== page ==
He was not charged with disobeying a direct order, he attended the relevant boards of enquiry and no action , disciplinary or other wise was taken, although the Pissed off chaps from Vickers wanted me him charged with taking a vehicle without the owners permission, but were told to do one , if they hadn't pissed off before it was to be loaded it would never have happened...and I he can't have been in that much shit, as he was promoted to Sergeant a few months later,
so forget the urban myths , this tale is as close to the truth as anyone will get

( and yes folks I was that soldier
 
PIS
Was working at MVEE at the time. Apparently once the driver had extricated himself, he took one look at all the very expensive ruined optics and took himself off down the pub to get thoroughly pi**ed, rather than wait for the inevitable bo**ocking.
PISH... read my previous post
 
nobody disobeyed an order ,I he was told by his boss to get the tank loaded as soon as the transporter arrived, The Vickers chaps had padlocked the turret down , and locked the drivers hatch from inside but at that time nobody had shown them (Vickers)if you jump on the loaders hatch the handles spring back and you can get into the vehicle Neither of us them had driven the tank , but the other chap there drove it up on the transporter commanded by the TROG corporal standing on the top of the ANTAR the tank went up , and as it dropped down it landed on the L shaped locator plate on the transporter bed, landing on the track,with it between the rear two wheels and when Jimmy the driver tried to move it forward, under instruction from the commander standing on the transporter , it swung to one side , and it showed up something that nobody had thought about, the rear of the tank was very heavy and a little slewing over the side of the transporter bed caused it to drop down onto its side then slowly, very very slowly it then went over centre and landed upside down on the turret ,between the transporter and the wall of the building the driver scurried out the drivers hatch like a rabbit being chased by a ferret, I, the other chap then went inside through the hatch to turn the engine off , only to find Vickers had changed the usual switches and controls for some fancy box with bells and knobs instead of just flip switches like a real tank has as the engine had run upside down for a number of minutes it did it no good at al
He was not charged with disobeying a direct order, he attended the relevant boards of enquiry and no action , disciplinary or other wise was taken, although the Pissed off chaps from Vickers wanted me him charged with taking a vehicle without the owners permission, but were told to do one , if they hadn't pissed off before it was to be loaded it would never have happened...and I he can't have been in that much shit, as he was promoted to Sergeant a few months later,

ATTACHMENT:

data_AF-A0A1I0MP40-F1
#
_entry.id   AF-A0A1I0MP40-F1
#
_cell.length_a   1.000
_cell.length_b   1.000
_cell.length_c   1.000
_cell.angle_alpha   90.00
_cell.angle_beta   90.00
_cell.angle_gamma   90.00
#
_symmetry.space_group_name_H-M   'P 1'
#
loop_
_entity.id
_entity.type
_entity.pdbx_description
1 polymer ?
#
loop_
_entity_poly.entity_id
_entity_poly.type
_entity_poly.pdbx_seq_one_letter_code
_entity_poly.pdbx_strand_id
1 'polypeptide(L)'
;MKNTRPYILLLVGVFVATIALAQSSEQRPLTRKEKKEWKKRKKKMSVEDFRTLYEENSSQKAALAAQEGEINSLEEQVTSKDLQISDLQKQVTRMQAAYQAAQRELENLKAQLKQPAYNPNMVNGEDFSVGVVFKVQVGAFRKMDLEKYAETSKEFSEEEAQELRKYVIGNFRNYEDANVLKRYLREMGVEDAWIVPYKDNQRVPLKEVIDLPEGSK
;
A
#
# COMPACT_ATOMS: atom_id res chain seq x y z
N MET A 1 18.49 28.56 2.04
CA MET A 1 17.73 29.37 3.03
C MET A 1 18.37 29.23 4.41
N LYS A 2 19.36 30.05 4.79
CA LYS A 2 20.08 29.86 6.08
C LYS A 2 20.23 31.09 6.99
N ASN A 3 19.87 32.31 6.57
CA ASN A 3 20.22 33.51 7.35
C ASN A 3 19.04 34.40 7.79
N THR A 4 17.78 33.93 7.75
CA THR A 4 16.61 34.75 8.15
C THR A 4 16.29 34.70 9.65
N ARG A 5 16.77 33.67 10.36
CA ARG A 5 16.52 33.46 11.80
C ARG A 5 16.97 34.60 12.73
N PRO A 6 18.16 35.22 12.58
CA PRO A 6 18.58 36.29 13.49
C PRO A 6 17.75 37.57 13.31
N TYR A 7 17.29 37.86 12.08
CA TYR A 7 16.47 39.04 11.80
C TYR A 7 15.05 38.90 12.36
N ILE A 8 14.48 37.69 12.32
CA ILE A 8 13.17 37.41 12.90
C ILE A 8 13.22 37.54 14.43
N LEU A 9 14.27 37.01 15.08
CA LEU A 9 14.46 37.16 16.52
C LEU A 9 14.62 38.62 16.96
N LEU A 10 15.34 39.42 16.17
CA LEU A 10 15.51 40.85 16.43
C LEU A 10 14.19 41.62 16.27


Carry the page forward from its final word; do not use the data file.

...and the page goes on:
so forget the urban myths , this tale is as close to the truth as anyone will get

( and yes folks I was that soldier
I've refrained from commenting as I knew you he'd be along at some point to give the true record of events.

Was working at MVEE at the time. Apparently once the driver had extricated himself, he took one look at all the very expensive ruined optics and took himself off down the pub to get thoroughly pi**ed, rather than wait for the inevitable bo**ocking.
No, he didn't. Jimmy He remained with the vehicle to help with the recovery operation. Jimmy He was a damn fine soldier despite being a cavalryw@nkerman.
 
Was working at MVEE at the time. Apparently once the driver had extricated himself, he took one look at all the very expensive ruined optics and took himself off down the pub to get thoroughly pi**ed, rather than wait for the inevitable bo**ocking.
Said bo**ocking would have been something else.
Most of the Vickers crews, junior and senior management were ex-forces and really knew their way round the Dictionary of Military Terminology, bo**ockings for the use of.
The Vickers MD at the time was a former sun-dodger and was also known to have a breadth of vocabulary unheard in the presence of the distaff side and those of a timid nature.
ETA: Just seen @flieslikeabeagle ’s post above.